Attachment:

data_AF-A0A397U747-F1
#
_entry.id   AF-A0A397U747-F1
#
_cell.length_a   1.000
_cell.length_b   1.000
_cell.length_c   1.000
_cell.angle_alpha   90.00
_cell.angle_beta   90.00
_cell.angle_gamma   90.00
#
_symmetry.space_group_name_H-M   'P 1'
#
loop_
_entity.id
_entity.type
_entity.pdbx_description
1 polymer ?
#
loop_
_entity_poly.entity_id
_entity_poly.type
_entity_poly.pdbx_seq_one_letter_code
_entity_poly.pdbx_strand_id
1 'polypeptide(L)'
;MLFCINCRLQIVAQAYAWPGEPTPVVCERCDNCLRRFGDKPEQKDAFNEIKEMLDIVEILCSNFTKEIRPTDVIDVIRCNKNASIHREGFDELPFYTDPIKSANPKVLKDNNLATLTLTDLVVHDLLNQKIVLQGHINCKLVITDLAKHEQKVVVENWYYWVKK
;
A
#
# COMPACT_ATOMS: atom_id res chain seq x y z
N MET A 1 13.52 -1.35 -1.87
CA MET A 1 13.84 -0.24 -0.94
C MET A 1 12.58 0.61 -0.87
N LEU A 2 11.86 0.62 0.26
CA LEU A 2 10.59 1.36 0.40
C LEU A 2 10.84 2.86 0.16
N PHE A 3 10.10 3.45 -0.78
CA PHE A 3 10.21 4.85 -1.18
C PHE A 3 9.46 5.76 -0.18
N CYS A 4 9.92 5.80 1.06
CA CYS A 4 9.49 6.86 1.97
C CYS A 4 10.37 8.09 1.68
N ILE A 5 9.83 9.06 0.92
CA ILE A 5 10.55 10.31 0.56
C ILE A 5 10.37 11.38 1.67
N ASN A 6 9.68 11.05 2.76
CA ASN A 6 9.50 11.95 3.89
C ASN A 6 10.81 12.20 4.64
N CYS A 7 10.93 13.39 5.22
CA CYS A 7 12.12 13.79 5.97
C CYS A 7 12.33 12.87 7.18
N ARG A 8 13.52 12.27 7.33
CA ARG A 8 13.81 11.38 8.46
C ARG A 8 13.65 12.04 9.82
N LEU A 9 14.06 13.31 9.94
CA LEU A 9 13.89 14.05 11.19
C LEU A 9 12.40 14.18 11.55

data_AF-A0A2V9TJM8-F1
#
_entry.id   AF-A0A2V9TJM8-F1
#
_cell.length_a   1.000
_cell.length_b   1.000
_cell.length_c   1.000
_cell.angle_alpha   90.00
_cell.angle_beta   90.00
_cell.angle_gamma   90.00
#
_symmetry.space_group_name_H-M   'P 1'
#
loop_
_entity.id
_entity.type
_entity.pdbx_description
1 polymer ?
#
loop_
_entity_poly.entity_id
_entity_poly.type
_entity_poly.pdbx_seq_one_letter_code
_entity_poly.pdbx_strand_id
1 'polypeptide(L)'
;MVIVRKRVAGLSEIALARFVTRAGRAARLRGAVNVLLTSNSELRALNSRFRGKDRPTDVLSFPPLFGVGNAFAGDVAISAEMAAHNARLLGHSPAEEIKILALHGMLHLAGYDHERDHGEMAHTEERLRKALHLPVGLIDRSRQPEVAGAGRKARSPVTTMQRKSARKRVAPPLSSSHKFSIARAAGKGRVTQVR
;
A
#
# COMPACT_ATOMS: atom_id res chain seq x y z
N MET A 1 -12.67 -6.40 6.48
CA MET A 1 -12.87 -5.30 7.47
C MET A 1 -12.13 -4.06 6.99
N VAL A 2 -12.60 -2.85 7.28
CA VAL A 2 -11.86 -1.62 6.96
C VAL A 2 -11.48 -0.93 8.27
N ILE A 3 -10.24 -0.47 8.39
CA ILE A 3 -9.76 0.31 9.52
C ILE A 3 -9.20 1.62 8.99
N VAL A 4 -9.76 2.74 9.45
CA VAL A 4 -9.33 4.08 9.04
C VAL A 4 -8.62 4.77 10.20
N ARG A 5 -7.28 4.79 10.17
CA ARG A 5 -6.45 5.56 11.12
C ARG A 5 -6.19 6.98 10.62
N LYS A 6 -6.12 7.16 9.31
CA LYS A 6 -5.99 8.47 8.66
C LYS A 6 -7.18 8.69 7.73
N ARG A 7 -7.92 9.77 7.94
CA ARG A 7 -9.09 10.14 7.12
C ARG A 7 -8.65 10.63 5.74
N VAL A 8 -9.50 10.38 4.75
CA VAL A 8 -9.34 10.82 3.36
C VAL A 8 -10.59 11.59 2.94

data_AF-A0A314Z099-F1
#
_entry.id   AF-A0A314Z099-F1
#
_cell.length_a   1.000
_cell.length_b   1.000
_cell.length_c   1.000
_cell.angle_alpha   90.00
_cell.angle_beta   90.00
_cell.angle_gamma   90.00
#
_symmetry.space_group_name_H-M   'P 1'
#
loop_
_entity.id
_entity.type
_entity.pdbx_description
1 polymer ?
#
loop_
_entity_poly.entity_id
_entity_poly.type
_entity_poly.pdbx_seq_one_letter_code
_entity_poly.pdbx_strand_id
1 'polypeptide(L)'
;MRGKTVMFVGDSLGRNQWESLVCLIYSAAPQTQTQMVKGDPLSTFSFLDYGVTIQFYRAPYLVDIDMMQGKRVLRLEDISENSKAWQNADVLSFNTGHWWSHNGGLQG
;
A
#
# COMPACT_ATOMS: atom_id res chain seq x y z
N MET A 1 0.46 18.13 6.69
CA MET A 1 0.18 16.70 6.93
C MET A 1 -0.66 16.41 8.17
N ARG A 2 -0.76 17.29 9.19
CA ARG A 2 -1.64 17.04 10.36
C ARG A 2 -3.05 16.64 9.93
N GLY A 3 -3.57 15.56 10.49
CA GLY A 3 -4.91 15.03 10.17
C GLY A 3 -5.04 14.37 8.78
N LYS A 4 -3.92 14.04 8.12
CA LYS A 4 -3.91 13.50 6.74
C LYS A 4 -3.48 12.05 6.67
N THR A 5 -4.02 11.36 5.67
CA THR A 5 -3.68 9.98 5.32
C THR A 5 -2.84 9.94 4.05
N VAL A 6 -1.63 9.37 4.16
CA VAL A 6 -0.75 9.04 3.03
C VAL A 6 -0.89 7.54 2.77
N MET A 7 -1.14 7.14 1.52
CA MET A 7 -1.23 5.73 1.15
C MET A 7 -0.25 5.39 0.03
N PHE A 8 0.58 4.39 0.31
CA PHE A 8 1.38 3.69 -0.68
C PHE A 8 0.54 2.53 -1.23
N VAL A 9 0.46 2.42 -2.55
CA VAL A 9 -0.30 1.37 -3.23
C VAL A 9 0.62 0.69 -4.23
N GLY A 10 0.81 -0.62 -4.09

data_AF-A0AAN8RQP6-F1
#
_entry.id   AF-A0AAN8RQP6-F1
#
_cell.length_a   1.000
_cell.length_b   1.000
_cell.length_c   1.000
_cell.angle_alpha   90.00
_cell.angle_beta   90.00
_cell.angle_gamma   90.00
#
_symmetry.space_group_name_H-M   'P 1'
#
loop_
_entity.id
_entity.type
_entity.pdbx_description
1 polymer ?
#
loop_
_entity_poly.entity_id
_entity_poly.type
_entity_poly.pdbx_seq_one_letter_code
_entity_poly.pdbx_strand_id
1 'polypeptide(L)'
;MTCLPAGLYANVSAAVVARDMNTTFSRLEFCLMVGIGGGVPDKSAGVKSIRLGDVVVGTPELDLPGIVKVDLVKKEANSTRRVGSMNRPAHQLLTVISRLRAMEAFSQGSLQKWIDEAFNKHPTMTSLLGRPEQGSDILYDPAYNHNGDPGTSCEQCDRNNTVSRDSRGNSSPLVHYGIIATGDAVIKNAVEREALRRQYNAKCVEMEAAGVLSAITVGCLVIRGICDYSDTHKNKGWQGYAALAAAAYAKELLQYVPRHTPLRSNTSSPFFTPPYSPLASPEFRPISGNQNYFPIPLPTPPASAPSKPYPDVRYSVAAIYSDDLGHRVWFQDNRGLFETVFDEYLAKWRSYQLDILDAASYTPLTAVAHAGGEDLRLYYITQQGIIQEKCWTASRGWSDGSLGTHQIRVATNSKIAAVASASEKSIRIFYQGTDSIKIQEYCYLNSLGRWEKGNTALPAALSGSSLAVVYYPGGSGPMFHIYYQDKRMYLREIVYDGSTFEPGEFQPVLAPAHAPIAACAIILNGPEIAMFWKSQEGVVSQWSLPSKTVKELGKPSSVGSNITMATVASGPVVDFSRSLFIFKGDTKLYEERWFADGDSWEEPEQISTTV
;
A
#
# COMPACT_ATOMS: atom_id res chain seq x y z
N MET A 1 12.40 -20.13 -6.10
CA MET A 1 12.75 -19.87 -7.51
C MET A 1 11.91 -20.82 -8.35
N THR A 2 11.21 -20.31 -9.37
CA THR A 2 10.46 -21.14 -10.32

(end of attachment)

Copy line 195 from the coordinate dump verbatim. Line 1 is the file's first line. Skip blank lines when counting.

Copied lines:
;MTCLPAGLYANVSAAVVARDMNTTFSRLEFCLMVGIGGGVPDKSAGVKSIRLGDVVVGTPELDLPGIVKVDLVKKEANSTRRVGSMNRPAHQLLTVISRLRAMEAFSQGSLQKWIDEAFNKHPTMTSLLGRPEQGSDILYDPAYNHNGDPGTSCEQCDRNNTVSRDSRGNSSPLVHYGIIATGDAVIKNAVEREALRRQYNAKCVEMEAAGVLSAITVGCLVIRGICDYSDTHKNKGWQGYAALAAAAYAKELLQYVPRHTPLRSNTSSPFFTPPYSPLASPEFRPISGNQNYFPIPLPTPPASAPSKPYPDVRYSVAAIYSDDLGHRVWFQDNRGLFETVFDEYLAKWRSYQLDILDAASYTPLTAVAHAGGEDLRLYYITQQGIIQEKCWTASRGWSDGSLGTHQIRVATNSKIAAVASASEKSIRIFYQGTDSIKIQEYCYLNSLGRWEKGNTALPAALSGSSLAVVYYPGGSGPMFHIYYQDKRMYLREIVYDGSTFEPGEFQPVLAPAHAPIAACAIILNGPEIAMFWKSQEGVVSQWSLPSKTVKELGKPSSVGSNITMATVASGPVVDFSRSLFIFKGDTKLYEERWFADGDSWEEPEQISTTV